London calling for injured Cheng
Cheng Fei, once the undisputed queen of gymnastics in China, is determined to overcome long-term injuries and compete at her third Olympic Games in London this summer.
At the 2008 Games in Beijing, Cheng captained China to their first women's team Olympic gold medal. Since then, however, she has been plagued by leg and ankle injuries.
This month she made her first major international appearance in three years, which was at the World Cup series in Zibo, Shandong province. Cheng (pictured), the three-time vault world champion (2005-07), did not let the home fans down, capturing the vault title with unexpected ease.
'The victory was surprising considering the injuries I'm carrying,' Cheng, who resumed training this week at the National Training Centre in Beijing, said. 'I haven't had regular, high-intensity training for ages, so I'm very happy that I won the vault event in Zibo. I was especially pleased I managed that in my first competition for quite some time.'
Before the Zibo event, Cheng last competed on the international stage at a World Cup series event in Madrid in late 2008, when she took home two gold medals (vault and floor exercise).
She could not have timed her return to competition better, with the United States and Russia both threatening to steal China's Olympic crown in London. At last year's world championships in Tokyo, the Chinese women finished third behind the US and Russia in the team competition and won just one gold medal, in the individual events, through Sui Lu on the balance beam.
But Cheng, who will turn 24 next month, is far too modest to accept the label of the team's 'saviour', saying no one was indispensable.
'One individual cannot save the team,' she insisted. 'In our team, every member has her specialty. If we all click at the same time, we will be hard to beat.
'What we need now is to support each other in the build-up to the London Games. We have to work hard in our daily training.'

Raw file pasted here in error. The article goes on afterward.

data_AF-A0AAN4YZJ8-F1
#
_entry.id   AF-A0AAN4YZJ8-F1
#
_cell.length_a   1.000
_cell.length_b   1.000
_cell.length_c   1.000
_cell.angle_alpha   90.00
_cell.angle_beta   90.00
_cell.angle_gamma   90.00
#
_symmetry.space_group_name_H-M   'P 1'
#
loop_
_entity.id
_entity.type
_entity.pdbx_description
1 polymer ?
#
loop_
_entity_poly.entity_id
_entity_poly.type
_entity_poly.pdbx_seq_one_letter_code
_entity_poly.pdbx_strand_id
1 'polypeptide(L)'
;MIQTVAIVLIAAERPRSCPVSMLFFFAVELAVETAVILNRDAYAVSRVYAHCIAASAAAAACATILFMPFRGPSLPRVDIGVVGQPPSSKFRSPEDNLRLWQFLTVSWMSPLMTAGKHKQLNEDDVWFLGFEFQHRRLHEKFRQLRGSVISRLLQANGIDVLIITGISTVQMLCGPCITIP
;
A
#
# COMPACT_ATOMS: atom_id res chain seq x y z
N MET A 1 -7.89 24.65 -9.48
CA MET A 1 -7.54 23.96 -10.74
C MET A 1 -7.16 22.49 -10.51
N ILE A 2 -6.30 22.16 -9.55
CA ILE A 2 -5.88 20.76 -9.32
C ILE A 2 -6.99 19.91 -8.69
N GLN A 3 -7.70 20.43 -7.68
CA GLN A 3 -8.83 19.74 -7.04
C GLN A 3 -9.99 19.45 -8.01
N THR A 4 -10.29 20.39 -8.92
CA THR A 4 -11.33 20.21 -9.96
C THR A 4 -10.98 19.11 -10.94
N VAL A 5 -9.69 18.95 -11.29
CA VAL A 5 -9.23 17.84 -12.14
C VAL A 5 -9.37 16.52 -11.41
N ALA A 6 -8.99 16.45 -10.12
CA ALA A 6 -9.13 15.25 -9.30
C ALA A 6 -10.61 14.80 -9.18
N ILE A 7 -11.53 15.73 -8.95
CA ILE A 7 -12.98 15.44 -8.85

Cheng, who created the 'Cheng jump' in the vault at the 2005 world championships in Melbourne, admitted she might not be able to perform the same manoeuvre because of her injuries.
'I really wish to do the jump again, but it will be very difficult,' she said. 'Because of my injuries, I have not been training as vigorously as before and indeed my training programme is different from that of other team members.
'I'm still troubled by my injuries, but luckily it's under control. As long as I don't aggravate the injuries, there should not be any major problem.'
With China due to announce the Olympic squad in June, Cheng is racing against time to prove her fitness to be part of the five-strong team who will compete in London.
'I'm very focused at the moment with the London Games my top priority,' she said. 'The competition to get into the China team is intense and I'm mindful that if I don't make it this year, then I'll have lost my last chance to take part in an Olympic Games.'
China, who have already qualified for both the men's and women's team events, will hold the national championships in Shanghai next month, when a clearer picture should emerge of who will make the squad for London.